Running with the Bulls with a Real-Life Hemingway
It’s no secret we’re big fans of legendary author, beard icon and daiquiri enthusiast Ernest Hemingway here at Kempt. Just invoking his name conjures visions of rum-soaked fishing trips, stoic prose and, of course, the running of the bulls.
And as we’ve just learned from our friends at UrbanDaddy Jetset, it didn’t all stop with Ernie. They’ve caught up with Ernest Hemingway’s grandson, John—who’s actually run the gauntlet, whether or not he’s convinced Gramps did—to get an invaluable lesson on how to run with the bulls. (It’s the sort of wisdom you’re born with.) So without further ado...
John Hemingway imparts his wisdom on running with the bulls.
So how’s it work? You just show up, ready to run? Yeah. You have to get there in the morning early. If you partied all night, you better be able to wake up and be in some sort of condition to run. Then the police tell you, in various languages, what not to do: don’t touch the bull, no alcohol, that sort of stuff.
How long does it actually take from start to finish? Maybe two and a half minutes.
And what are the bulls like? They’re strong animals, fast. Every day you have six bulls. They just want to get from point A to point B. They don’t really give a damn about the people.
Sounds right. The problem comes if a bull becomes separated from the herd, at which point it immediately stakes out a territory—anything within striking distance of its horns, he goes for. And if he’s got you there, he will keep coming until he kills you.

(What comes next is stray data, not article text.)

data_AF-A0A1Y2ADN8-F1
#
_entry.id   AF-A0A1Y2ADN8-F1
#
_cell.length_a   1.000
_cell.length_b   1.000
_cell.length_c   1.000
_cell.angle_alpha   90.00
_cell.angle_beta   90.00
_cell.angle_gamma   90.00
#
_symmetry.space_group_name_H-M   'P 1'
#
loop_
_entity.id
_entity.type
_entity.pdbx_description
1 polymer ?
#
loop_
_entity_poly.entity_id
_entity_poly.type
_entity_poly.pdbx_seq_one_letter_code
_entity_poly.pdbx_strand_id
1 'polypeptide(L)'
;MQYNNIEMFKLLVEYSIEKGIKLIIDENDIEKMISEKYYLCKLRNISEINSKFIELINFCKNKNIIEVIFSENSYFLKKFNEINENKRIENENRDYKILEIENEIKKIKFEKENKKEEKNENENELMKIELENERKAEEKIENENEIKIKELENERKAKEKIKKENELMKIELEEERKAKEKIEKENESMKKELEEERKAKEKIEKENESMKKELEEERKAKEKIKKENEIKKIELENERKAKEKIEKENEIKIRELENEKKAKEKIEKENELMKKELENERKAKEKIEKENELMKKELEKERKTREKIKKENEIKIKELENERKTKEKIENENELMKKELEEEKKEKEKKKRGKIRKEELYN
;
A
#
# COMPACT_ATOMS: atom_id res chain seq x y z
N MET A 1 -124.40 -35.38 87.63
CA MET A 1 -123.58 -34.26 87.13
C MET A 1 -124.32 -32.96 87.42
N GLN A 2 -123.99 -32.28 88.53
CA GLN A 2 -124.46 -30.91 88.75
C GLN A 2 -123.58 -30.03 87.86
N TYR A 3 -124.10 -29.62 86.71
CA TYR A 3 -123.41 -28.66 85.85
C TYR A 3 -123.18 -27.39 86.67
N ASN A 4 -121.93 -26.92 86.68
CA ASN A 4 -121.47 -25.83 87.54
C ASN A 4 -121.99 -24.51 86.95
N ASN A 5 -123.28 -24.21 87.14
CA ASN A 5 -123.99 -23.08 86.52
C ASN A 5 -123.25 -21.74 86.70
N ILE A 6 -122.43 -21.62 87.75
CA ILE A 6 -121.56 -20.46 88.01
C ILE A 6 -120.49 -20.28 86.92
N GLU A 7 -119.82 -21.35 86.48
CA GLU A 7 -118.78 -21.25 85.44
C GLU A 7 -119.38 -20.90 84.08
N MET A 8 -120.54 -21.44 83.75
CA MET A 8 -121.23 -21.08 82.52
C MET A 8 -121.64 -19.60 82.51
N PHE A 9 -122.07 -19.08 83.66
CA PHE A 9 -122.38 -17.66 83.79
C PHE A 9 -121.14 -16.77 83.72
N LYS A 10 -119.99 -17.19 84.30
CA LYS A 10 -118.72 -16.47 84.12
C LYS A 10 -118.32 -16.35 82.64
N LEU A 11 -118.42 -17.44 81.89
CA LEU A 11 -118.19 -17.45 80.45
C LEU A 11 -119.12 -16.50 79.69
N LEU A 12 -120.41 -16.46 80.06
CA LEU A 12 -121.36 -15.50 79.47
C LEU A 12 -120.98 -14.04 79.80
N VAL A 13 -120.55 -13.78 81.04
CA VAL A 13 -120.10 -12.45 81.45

Any tips to avoid that sort of thing? If you get knocked down, stay down. ... The bull will go to you if you move. The bull doesn’t see colors; it sees movements.
Do you wear special shoes? I just wear Converse.
Interesting. How’re the roads? It’s a pretty slippery cobblestone. After they clean it at night, it’s all wet in the morning. So, it’s a real mess.
We hear the whole week’s otherwise like a nonstop party. Is that right? Basically. You meet friends, you make friends, if they don’t show up you meet someone else. People always ask, “How many hours of sleep did you get last night?” “Oh, three. That’s not bad.” [laughs]
We almost don’t need to ask, but: how did you end up doing this? People ask me if it’s because my grandfather ran, and I don’t really know. I see no proof that he did run, but there’s no proof that he didn’t. People have said forever that he used to run—that he ran like mad.
Incredible. Everyone there, in some shape or form, must be there because of your grandfather’s writing. He made it famous. He put it on the map, but it existed way before he went there. It was a local festival. But he made it what it is today.
Did you receive any family advice about the running of the bulls? No. Oh, no.